March 26, 2008
In the last years of his life, William F. Buckley Jr., who died on February 27 at the age of 82, broke with many of his fellow conservatives by pronouncing the Iraq war a failure and calling for an end to the embargo on Cuba. He even expressed doubt as to whether George W. Bush is really a conservative—and he asked the same about neoconservatives. To Buckley's liberal admirers, these sentiments suggested that the godfather of the Right had, like Barry Goldwater, crept toward the center in his old age.
February 13, 2008
John B. Judis: The psychology behind America's immigration hysteria.
A Border Story
November 29, 2007
By Thanksgiving, Manuel Jesus Cordova Soberanes had been walking for two days pretty much straight. He had already illegally crossed the U.S.-Mexico border--"I have two families, many mouths to feed," he told the AP yesterday--when about 50 miles outside of Tucson, in the empty desert, he saw a nine-year old boy accompanied only by his dog and holding the side mirror of a van. Turns out, the boy, Christopher Buztheitner, had just survived a terrible crash: His mom had lost control of her van and plummeted nearly 300 feet to her death.
July 02, 2007
Jon Cohn on how Mitt Romney un-became his father.
The Waxman Cometh
April 23, 2007
Save, perhaps, for his mustache, there's nothing about Henry Waxman that would lead anyone to mistake him for Joseph Stalin. Stalin’s rise to general secretary of the Soviet Communist Party included stints as a Bolshevik bank robber and a commissar in the Red Army; Waxman was elected to Congress after representing an affluent West Los Angeles district in the California State Assembly. Stalin’s policy of forced collectivization resulted in a famine that killed six million Ukrainians; the only person Waxman has ever starved is himself—and then only on Yom Kippur.
February 12, 2007
IF THERE WAS one thing George W. Bush and his clique were supposed to know, it was oil. That, at least, was the widespread consensus back in 2000, when Bush first sought the White House, and it was easy to understand why. Bush’s grandfather was an oilman. His father was an oilman. He himself had worked in oil. His vice presidential nominee, Dick Cheney, was the former CEO of energy giant Halliburton. His campaign’s chairman, Donald Evans, was CEO of the oil company Tom Brown.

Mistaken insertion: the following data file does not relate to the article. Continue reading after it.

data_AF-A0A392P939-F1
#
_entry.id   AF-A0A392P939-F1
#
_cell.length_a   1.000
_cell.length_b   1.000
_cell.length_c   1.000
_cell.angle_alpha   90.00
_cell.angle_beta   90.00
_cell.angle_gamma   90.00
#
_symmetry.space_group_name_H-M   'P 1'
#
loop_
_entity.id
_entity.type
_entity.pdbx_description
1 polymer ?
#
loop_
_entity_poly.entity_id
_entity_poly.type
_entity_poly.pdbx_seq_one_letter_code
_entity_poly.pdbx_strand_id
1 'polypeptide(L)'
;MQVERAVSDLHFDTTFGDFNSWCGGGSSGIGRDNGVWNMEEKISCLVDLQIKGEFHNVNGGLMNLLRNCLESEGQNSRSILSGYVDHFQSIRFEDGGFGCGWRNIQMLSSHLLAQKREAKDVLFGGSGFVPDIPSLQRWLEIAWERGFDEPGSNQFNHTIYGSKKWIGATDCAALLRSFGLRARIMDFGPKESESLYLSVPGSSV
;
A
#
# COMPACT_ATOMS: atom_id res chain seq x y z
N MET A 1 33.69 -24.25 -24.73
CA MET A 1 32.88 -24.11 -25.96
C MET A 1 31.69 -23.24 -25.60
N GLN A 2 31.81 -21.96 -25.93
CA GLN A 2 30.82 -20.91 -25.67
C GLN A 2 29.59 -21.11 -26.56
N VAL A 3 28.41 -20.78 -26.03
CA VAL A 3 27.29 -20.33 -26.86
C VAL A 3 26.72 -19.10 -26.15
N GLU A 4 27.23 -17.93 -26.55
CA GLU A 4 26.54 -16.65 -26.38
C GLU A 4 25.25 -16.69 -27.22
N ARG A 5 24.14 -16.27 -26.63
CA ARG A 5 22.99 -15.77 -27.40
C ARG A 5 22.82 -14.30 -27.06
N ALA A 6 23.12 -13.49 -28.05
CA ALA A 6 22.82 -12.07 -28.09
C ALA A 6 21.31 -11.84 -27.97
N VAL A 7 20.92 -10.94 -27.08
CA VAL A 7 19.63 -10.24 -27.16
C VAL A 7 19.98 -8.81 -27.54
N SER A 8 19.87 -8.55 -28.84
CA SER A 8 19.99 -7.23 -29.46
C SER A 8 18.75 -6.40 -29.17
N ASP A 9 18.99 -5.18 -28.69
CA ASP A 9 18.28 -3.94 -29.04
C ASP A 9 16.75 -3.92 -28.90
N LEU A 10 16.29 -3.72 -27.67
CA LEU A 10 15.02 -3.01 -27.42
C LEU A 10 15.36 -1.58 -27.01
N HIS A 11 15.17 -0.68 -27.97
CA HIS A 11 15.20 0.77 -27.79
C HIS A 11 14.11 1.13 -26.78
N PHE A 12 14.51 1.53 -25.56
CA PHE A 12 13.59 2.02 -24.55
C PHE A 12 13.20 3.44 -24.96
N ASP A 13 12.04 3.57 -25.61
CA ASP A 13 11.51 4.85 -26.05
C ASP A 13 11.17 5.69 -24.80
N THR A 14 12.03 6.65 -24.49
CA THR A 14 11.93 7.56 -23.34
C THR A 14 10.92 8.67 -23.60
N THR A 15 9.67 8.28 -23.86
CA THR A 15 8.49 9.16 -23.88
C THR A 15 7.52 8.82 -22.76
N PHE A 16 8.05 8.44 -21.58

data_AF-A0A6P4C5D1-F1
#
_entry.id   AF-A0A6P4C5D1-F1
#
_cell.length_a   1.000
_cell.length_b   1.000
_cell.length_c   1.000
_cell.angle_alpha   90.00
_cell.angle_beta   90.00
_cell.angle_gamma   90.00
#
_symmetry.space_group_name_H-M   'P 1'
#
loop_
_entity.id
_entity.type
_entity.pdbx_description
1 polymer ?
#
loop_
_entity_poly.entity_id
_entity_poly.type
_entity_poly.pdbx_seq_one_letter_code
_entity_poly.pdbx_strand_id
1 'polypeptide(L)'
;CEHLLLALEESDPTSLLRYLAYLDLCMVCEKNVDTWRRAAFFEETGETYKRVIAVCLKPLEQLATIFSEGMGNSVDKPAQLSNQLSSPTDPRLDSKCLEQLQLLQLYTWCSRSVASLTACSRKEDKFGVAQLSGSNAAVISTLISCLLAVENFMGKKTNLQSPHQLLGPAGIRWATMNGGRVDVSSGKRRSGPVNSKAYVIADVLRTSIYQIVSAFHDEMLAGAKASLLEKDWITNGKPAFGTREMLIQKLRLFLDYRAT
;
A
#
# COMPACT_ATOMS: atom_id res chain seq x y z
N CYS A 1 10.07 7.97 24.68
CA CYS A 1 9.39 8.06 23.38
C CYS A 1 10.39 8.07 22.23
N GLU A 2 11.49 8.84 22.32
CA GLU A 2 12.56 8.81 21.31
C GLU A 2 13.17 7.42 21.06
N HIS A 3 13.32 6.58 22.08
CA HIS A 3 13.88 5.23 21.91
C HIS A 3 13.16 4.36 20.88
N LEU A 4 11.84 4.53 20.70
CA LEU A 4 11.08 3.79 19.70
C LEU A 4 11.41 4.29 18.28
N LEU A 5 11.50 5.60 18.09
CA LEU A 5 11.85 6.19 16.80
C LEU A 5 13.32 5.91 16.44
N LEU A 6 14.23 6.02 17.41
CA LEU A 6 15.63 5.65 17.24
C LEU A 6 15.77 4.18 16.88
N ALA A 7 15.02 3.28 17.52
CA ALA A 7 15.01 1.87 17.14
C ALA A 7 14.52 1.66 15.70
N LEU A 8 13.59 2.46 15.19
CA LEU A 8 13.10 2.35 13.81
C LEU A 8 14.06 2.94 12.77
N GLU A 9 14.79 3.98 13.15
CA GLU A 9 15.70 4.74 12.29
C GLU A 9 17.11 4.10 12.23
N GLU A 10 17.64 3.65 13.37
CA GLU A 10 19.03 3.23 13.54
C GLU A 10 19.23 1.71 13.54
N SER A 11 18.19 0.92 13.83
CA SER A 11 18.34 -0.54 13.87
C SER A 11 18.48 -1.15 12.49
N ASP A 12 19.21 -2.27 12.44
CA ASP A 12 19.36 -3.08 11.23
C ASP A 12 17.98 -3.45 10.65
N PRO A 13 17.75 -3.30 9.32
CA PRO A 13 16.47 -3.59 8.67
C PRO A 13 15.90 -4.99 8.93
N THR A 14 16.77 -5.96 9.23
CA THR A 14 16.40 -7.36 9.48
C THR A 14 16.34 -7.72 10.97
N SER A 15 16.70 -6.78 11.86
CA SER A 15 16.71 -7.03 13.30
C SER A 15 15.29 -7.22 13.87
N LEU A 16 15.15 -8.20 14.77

November 20, 2006
Earlier this year, Republican Conrad Burns, locked in a tough struggle to defend his Montana Senate seat, cut anot-terribly-original ad attacking his Democratic challenger. "JonTester joins liberal judges opposing proven anti-terror programs,is against the Patriot Act, and his position on Iraq is constantlychanging," the script read. But, if Burns's line of attack—theDemocrat as flip-flopping friend of activist judges with no appetitefor fighting terrorism—was decidedly familiar, the response fromhis opponent was anything but.
November 20, 2006
It's about time. After a series of frustrating election nights for Democrats, dating back to the Florida boondoggle in 2000, this year's election is a clear triumph. But was it, like the Watergate election of 1974, simply the result of correctible mistakes by the opposition? Or have the Republican scandals and the Bush administration's misadventure in Iraq brought to the surface trends that will lead to a new political majority? It's too early to say for certain, but it seems this election has at least provided Democrats with an opportunity to build a lasting congressional majority. Whether
New Orleans Postcard
August 14, 2006
My wife and I were about to put our house on the market before Hurricane Katrina. I remind myself of this as we contemplate an act that has taken on the trappings of civic treachery--putting our house on the market now, a year after Katrina. It's true: We really were talking to realtors last summer. It was time to downsize, we said. Empty-nest syndrome, we said. That was our cover. Secretly, we were a bit freaked out about hurricanes even before Katrina. (At least I was.) Not so secretly, we were certain the national real estate bubble had reached its soapy and iridescent limit.
July 31, 2006
READ ABOUT U.S. EFFORTS to seal the Mexican border, and you quickly encounter two words. The first is futile. Take this June 5 dispatch in U.S. News & World Report, which reports on the "deep sense of futility" about illegal immigration in the town of Nogales, on the Arizona-Mexico border. "The number of Border Patrol agents has increased more than 200 percent in less than 15 years.... Yet the number of people estimated to cross the border illegally each year has remained fairly constant, at about half a million.